16 years ago, Henri Nouwen passed away.
Don't know who Henri Nouwen was?
Many people didn't 16 years ago. Many people don't now. Many people are just beginning to discover the wisdom and character of his remarkable life. Today, the International Day of Peace, is a good day to remember his life dedicated to the pursuit of shalom, Christ's kingdom, and the love of God.
The word mystic doesn't often receive a positive embrace from many churches. Sometimes it's a denominational thing, other times it's a science v. faith thing, and other times it's a philosophical thing.
It's a fear thing.
Many believers are afraid of mysticism. Forgetting that Christianity is birthed as an eastern form of spirituality (and that greco-roman westernism is a hallmark of modernity), many churches have been entirely stripped of ritual and practice; we are being taught it is filled with heresy, legalism, paganism, and other evils, so we thus have successfully drained ourselves of comtemplative life altogether. But we still insist on decrying mystery, claiming it perhaps will lead to demonic affiliation or idolatry; a focus off of Christ, or some heinous thing that will spoil the Gospel. My point is: it is fear-based, rather than Word based — the Word here being Jesus-The-Logos. Sometimes, we have replaced mysticism and mystery so completely with the Bible alone that we pound on other people for seeking intimacy with God by seeking the Scriptures, but also through meditation and the wisdom found the journeys of other people. It offends some. Nouwen faced such criticism.
Drained as many of people are of the mystic's life, some of us are parched for it, dying for it, sprawled out in the desert needing it. Are we pursuing idols? No. Are we throwing out Scripture? No. Are we abandoning Jesus? No, no and no.
Nouwen was a beautiful, poetic voice speaking out on behalf of the marginalized. Why? He learned the Way of Jesus Christ from those with conditions such as Down's Syndrome. Without their lives, he could not have known Christ as intimately within himself. He championed Christians to welcome strangers without agendas. Why? He discovered within himself a brokenness that was filled with ignorance, pride, arrogance, rudeness and other evils that allowed him to welcome the stranger and orphan on his own terms (not Christ's). Yet these very people exposed his woundedness for what it was. He really didn't love the stranger, but rather only the thought of obeying God with the intent that "the Other" would change his or her ways.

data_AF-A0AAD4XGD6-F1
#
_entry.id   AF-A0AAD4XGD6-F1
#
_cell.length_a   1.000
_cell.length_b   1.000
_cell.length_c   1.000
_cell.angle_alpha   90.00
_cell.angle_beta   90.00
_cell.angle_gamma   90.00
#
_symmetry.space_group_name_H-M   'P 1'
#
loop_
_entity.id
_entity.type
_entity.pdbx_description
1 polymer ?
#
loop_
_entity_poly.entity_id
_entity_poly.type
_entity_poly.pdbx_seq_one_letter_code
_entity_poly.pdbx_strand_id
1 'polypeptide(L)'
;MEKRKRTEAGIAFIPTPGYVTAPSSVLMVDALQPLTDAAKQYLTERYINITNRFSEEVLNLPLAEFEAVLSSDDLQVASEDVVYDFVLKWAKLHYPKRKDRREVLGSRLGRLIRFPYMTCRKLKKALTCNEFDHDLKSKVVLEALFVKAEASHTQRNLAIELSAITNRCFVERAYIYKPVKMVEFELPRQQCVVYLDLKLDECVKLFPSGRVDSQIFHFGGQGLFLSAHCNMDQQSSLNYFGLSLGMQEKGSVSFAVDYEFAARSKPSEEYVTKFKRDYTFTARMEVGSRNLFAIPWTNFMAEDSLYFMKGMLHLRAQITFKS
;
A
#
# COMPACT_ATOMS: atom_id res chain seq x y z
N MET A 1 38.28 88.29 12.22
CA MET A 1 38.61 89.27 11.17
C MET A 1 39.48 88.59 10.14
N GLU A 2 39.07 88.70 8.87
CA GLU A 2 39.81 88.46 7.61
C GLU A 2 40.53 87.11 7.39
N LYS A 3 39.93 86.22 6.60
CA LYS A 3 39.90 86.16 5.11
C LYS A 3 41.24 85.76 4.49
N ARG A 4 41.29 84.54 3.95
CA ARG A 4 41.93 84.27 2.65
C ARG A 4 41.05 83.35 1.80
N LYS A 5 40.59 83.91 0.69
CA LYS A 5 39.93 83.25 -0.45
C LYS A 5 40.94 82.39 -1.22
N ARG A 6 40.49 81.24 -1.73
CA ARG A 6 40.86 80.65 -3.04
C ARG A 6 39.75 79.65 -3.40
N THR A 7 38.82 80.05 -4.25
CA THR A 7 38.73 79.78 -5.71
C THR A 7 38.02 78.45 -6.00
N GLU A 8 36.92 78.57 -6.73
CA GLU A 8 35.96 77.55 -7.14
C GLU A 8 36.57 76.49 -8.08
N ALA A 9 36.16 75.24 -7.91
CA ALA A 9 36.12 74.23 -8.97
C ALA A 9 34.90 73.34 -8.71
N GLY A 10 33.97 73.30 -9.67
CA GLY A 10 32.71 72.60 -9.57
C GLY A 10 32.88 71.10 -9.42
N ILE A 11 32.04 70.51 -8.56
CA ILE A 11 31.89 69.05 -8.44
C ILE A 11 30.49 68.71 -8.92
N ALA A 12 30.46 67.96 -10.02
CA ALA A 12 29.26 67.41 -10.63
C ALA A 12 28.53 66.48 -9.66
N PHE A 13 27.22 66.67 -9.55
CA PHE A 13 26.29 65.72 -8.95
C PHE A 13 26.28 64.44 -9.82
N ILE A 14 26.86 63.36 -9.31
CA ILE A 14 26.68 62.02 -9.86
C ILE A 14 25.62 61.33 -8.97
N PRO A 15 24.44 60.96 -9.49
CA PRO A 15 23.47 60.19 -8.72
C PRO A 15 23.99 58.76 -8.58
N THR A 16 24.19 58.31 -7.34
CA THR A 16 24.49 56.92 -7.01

Recognizing this terrible state, a believer though he was, Nouwen began to see himself as a "wounded healer" — someone fully called by God to assist others, but fully broken within himself, needing those around him to expose fully that woundedness in order that true communion with other people in Christ could be realized.
Nouwen called for shalom… true peace… everlasting peace… community… deep from within for the dividing walls between us were the very things keeping us all blinded to what was really keeping us from God. Sometimes we get it into our heads that we know our sins, our woundedness, our brokenness.
Yet we have not actually engaged the community of Christ… that being the poor, outcast, imprisoned, downtrodden, burdened, maligned, or forgotten (not necessarily those people who have declared a similar faith to our own meeting religiously on Sundays)… so while there is true sincerity between us and God, it can be twisted or remain incomplete when we believe we know the person next to us through eyes of doctrine or other judgments, rather than eyes of Christ. In not really meeting the stranger, we cannot truly know the depth of our woundedness as believers, as human beings. To know the stranger, we must enter into their lives as humbly as possible.
One of my favourite quotations from Nouwen is found in his work A Road to Daybreak: A Spiritual Journey:
“When we honestly ask ourselves which person in our lives mean the most to us, we often find that it is those who, instead of giving advice, solutions, or cures, have chosen rather to share our pain and touch our wounds with a warm and tender hand. The friend who can be silent with us in a moment of despair or confusion, who can stay with us in an hour of grief and bereavement, who can tolerate not knowing, not curing, not healing and face with us the reality of our powerlessness, that is a friend who cares.”
What will it take for me to lay down my judgments?
What will it take for me to swallow humility, bitter as it is, yet become strengthened?
What will it take for me to love without an agenda?
What will it take for me to be loved without an agenda?
Peace to all this day.
May chains be broken.
May divisions be healed.
May walls crumble down.
May our hands turn to the work of peace, moved by the Spirit of Love and Grace.
And may we seek God as He calls us to seek Him… in all the ways He created, designed, and will be found in.